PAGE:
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Today I told my daughter I was concerned that I might be living my life vicariously through her. Because that’s a thing. You can do that. And I really don’t want to.

It stems from the idea that I want her to be fully informed about her choices in life, as a teen, since there are so many opportunities for teens, and for students, that go away when you grow up. School groups are always getting free looks behind the scenes at the quarry or the theatre or the kitchen of a restaurant. You can shadow people in their jobs as a student, and there are plenty of things kids get to do that grown-ups are not allowed to do so freely.

When I was a teen I had no idea what the choices were. I made decisions based on fear. I chose a college on the fear of leaving my boyfriend too far behind, and on the fear of costing my parents too much even though we didn’t discuss that (I tried to guess), and on the fear that I couldn’t get into the school I really wanted to go to (I didn’t even try). My decisions were based on fear and on ignorance. I had no idea how the world worked and had no one to ask for clarification.

So it thrills me, this is the living vicariously part, to be able to explain the world to my daughter, and to offer her suggestions on how to make a decision. It’s usually about gathering facts and listening to your gut. In one second’s time we have the answer to the question, “I wonder what it’s like to be a Rotary exchange student in Poland” by searching the internet for a blog of just such an experience. Voila! Complete with pictures. There, go now and weed the garden, pondering all you’ve seen, mulling it over so you get a little bit closer to having enough info to make a decision.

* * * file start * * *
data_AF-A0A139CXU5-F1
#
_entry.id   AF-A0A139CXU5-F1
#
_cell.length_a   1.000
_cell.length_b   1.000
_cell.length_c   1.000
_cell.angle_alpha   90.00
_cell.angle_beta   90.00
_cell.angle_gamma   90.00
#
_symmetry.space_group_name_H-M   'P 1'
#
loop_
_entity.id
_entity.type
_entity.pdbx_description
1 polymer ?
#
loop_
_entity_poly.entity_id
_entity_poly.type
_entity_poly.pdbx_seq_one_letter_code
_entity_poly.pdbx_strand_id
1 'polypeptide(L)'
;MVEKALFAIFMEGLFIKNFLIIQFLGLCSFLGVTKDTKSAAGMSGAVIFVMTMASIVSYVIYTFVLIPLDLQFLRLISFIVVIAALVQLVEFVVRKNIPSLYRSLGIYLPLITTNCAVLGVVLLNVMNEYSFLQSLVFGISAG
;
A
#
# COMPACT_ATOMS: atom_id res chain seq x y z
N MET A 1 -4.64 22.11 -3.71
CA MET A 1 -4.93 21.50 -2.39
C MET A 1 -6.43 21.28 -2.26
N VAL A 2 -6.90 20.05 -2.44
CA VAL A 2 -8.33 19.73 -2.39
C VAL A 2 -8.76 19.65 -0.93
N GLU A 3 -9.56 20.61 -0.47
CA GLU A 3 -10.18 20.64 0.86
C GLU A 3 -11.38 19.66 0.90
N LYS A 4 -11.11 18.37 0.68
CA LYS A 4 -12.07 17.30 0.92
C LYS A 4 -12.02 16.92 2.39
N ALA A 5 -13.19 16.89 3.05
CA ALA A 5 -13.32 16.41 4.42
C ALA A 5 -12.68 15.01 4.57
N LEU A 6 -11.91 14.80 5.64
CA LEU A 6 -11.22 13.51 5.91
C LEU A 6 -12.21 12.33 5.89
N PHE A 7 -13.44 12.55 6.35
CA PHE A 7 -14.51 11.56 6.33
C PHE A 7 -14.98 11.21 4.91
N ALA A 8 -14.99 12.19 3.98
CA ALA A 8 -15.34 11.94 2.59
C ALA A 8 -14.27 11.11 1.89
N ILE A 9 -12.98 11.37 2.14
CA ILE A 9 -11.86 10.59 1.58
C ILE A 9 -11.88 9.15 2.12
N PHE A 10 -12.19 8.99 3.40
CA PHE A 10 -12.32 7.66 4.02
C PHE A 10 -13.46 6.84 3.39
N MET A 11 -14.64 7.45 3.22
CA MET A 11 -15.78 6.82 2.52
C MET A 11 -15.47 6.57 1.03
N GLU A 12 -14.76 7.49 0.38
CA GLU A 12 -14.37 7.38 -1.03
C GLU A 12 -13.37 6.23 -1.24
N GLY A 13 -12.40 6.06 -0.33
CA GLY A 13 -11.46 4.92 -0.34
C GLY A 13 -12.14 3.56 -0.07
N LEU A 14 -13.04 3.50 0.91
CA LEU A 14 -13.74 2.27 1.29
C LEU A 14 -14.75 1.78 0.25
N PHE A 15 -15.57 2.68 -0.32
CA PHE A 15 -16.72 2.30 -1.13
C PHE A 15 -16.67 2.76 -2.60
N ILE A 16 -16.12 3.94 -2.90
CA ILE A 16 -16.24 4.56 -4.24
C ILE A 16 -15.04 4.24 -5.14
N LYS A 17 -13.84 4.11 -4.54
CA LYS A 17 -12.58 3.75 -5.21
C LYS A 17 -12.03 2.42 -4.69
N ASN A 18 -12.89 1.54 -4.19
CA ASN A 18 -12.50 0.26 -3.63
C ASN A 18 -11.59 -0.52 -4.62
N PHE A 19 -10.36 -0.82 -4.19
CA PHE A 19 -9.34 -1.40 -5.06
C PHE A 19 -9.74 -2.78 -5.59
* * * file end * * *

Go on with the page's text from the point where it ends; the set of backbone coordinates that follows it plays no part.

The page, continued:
See what I mean. I am living vicariously on the idea that she is getting to do what I never got to do. It isn’t, ‘be a Rotary exchange student in Poland’, ‘it’s make decisions with the help of a grown-up’. She gets to make decisions that suit her because she’s making them as an informed individual.

Yay! Wish I’d had that.

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